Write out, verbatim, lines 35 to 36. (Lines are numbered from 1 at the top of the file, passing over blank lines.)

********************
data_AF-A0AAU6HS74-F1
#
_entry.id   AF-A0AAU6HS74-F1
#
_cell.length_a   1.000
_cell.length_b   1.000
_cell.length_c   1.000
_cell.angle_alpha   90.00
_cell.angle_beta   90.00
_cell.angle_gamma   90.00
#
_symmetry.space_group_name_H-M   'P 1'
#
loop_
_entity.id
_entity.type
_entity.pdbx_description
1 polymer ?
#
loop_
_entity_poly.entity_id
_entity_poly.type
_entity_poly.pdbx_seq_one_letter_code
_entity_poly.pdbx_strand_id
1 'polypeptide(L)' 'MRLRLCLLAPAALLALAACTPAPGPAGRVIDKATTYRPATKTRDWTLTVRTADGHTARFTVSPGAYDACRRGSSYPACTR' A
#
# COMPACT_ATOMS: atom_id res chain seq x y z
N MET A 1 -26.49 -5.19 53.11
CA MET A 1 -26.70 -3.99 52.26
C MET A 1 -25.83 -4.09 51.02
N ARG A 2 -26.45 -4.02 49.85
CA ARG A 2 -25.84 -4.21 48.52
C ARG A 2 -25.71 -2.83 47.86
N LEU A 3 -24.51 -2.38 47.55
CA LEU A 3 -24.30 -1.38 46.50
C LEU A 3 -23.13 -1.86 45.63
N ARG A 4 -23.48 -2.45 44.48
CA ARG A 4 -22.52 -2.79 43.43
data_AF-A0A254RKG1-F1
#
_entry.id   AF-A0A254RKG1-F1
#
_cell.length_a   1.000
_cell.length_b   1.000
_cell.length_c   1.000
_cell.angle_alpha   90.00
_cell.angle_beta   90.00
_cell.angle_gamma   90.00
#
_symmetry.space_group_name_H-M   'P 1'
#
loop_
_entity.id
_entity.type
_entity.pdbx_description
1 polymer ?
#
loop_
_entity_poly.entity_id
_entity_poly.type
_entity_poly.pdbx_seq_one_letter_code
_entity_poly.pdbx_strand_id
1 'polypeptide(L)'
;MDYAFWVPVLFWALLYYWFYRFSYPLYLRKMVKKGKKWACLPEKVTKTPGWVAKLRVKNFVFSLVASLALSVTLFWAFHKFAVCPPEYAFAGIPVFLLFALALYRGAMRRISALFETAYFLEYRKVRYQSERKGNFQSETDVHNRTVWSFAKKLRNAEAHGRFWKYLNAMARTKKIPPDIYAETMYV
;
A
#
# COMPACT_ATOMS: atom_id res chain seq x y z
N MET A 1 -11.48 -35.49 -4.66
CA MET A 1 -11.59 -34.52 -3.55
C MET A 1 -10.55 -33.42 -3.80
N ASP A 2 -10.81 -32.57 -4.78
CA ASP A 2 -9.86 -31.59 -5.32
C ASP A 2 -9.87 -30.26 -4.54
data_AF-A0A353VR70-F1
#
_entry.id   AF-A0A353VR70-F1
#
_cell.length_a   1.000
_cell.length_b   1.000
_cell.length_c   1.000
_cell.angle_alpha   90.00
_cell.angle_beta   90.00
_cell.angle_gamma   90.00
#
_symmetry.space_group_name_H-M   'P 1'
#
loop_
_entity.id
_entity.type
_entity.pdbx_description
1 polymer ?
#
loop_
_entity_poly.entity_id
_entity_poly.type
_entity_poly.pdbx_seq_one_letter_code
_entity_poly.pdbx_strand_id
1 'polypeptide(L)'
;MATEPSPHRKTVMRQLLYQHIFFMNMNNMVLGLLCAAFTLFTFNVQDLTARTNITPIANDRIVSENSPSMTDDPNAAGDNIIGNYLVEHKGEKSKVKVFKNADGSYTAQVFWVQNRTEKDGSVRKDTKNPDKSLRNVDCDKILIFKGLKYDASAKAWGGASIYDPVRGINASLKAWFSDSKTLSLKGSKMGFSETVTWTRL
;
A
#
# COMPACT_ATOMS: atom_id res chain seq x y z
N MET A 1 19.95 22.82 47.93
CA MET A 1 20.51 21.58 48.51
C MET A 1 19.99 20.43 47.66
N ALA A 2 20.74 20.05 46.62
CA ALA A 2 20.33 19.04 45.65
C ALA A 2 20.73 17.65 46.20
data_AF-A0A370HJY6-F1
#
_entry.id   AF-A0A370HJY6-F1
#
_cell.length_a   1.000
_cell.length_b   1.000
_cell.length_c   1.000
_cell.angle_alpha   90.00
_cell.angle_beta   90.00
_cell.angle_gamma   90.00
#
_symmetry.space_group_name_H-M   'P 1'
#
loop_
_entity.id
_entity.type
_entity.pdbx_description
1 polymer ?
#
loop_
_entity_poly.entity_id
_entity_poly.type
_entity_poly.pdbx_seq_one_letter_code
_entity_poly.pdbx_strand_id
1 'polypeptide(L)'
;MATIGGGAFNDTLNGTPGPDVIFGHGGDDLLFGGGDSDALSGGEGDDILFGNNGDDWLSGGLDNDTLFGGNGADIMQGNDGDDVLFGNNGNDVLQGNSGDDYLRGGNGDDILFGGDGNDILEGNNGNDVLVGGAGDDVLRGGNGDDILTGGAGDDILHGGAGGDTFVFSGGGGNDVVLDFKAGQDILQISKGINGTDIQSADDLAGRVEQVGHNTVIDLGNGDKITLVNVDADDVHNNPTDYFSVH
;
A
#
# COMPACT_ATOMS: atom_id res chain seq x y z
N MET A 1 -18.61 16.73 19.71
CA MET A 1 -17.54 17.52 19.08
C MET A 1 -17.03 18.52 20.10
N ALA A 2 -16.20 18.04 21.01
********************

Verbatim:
CA LEU A 3 -24.30 -1.38 46.50
C LEU A 3 -23.13 -1.86 45.63